Peace Jart, Bitch.
Silly Monkeys! Part 1: The Banker ‘Strong-Arm Mike’
Virtues: stereotypes, uphill battle, struggle, ‘cant win’
Strong-Arm Mike is the tight-ass banker. Mike is the branch manager and takes pride in the power that he has over his minions. Mike is middle-aged, unhappily married, and work is a refuge from ‘home’. Thus, it is only fitting to make your refuge similar to your fantasy, thus Mike’s branch has a suspiciously high number of young, attractive female employees. Mike is a creature of routine, habitually and consistently. Strong-Arm keeps the order and equilibrium in his branch, and of course, Mike has the last and final word on all matters.
Mike’s primary motive is to protect the interests of the bank, and to maximize profits – at all costs. So Mike is a witty, slick guy. Strong-Arm is the type of guy to give you a hard time for loans, credit, and for even opening an account; Strong-Arm likes to scrutinize a lot, and even ‘play dumb’. Even if you make sense, you have correct documentation, Strong-Arm Mike will find a way to make your life difficult. You see, Mike knows that you need him more than he needs you, and he knows that you are willing to sacrifice a bit in order to get what you want – which he controls. In my experiences, Strong-Arm Mike forced my biz partner to open up a personal account when it was absolutely not necessary for the business that we had. But Mike, flexed his muscle; not his physical, like many street thugs like to do, but his financial muscle – which is even stronger. That day we were treated like the silly monkeys, bowing to Strong-Arm, we had to accept his terms; which were so unconventional that the personal banker that we dealt with regarding this matter felt so embarrassed and shocked that this was happening to us. Hmm, she probably never seen anything like this before.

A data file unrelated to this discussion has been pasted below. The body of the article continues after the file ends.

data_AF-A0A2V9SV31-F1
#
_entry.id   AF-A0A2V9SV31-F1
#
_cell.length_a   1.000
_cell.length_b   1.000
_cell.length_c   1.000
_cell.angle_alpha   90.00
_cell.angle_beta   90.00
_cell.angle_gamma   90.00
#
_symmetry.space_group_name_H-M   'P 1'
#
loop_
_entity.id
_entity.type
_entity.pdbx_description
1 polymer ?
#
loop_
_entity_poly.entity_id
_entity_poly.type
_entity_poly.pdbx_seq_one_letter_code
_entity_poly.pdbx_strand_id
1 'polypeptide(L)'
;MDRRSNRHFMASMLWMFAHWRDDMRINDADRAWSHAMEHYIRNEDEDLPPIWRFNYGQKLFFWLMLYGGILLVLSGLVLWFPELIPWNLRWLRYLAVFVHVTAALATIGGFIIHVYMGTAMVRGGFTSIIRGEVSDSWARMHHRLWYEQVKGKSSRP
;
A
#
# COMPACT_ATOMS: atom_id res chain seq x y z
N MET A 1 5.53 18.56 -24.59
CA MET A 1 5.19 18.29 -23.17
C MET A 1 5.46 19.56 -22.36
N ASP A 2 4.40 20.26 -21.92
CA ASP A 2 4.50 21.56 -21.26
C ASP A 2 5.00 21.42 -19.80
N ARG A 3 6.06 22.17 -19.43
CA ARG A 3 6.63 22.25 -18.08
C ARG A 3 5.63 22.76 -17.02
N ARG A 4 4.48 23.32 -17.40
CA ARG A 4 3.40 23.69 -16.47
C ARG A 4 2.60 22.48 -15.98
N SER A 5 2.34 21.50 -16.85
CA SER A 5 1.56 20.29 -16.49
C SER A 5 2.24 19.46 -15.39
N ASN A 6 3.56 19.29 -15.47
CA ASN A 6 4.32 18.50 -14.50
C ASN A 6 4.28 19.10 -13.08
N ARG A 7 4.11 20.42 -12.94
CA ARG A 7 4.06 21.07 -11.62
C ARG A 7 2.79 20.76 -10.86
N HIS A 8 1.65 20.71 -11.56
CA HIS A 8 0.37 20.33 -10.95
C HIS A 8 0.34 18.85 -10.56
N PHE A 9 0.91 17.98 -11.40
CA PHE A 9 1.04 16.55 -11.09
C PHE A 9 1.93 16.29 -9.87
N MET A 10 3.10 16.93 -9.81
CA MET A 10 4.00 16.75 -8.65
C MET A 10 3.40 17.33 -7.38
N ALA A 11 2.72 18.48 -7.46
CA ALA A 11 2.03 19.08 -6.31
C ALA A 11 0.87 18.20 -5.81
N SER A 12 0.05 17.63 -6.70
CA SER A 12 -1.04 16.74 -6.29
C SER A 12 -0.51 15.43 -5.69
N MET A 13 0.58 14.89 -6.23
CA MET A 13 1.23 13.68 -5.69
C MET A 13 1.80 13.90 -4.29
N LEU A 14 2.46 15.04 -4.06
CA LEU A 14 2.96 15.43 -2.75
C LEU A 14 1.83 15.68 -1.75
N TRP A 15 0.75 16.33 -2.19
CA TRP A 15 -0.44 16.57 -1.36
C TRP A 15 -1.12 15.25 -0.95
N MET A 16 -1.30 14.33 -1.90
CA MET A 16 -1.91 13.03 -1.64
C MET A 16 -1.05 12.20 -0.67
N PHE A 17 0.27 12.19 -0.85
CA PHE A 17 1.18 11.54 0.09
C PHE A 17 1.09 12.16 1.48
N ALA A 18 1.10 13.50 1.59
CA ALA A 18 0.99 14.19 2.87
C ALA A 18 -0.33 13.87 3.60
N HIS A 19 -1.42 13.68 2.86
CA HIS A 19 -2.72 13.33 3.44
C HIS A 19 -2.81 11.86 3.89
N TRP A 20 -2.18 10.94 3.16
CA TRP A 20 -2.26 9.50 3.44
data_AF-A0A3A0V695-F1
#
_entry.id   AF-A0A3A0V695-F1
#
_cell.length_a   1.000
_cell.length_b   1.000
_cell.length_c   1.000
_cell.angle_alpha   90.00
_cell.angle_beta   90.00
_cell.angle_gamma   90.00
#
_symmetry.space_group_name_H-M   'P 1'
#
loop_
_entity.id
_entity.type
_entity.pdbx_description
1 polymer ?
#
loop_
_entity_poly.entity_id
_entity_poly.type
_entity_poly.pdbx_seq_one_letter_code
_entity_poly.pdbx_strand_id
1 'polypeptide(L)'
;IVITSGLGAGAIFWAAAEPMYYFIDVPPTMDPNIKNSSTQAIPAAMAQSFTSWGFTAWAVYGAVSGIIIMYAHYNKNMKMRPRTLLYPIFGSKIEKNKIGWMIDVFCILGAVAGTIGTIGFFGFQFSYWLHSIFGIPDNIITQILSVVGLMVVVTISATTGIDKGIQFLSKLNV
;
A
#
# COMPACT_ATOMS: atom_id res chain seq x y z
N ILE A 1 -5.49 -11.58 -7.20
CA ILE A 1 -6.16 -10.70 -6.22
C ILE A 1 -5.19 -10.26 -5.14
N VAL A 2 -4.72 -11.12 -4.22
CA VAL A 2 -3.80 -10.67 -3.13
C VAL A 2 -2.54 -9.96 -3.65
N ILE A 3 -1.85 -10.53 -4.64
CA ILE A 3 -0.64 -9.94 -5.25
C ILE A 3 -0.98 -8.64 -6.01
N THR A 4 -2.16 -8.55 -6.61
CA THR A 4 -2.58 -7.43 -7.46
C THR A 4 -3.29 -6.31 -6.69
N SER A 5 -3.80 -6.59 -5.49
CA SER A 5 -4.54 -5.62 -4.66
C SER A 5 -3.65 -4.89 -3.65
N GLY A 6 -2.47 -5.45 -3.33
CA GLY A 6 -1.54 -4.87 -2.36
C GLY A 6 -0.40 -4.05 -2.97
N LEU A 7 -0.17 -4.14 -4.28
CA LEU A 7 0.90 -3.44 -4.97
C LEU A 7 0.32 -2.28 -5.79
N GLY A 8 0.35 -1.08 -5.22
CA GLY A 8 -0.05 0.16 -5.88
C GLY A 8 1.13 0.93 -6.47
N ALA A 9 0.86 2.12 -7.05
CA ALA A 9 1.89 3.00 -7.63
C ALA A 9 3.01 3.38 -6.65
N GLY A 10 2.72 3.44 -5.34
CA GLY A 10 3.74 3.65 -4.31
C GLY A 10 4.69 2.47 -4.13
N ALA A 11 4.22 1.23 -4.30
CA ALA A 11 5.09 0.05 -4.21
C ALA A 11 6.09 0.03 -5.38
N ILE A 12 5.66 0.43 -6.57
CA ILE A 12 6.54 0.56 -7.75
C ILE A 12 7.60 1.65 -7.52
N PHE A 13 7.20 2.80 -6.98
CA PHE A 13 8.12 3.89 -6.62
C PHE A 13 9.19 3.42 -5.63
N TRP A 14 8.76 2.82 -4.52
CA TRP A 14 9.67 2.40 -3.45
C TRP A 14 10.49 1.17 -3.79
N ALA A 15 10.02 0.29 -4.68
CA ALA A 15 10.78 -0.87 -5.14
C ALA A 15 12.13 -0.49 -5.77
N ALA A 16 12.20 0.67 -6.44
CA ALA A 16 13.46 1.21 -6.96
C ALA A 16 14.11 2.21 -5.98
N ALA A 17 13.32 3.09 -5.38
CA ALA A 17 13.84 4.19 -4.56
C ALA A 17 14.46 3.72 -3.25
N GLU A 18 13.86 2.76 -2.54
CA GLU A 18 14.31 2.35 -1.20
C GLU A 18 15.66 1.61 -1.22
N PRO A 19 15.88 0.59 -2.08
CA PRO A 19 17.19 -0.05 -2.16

But Silly Monkeys get special treatment, right? Silly Monkey series to be continued, next the ‘Entrepreneur’ …
Silly Monkeys! Part 0: An Abstract
Virtues: ‘Yuh tek man fi fool/joke’, deceit, respect for others
Abstract: One day I was sitting in the offices of my business partners place of employment at an executive school. One of their co-workers who was an older white lady, let’s say in their mid-40’s made an off-color comment, it went something like, “What are you silly monkeys doing”. Now, we are three young black men, and we have an older lady calling us silly monkeys – albeit she said it in a joking context. I had never met the lady before, but I took her comment as someone that was clueless to what that phrase signified to a black person. However, one of my business partner took gross offense to it – which I understood why, but deep down inside I believe that she honestly did not say those words in a racist context.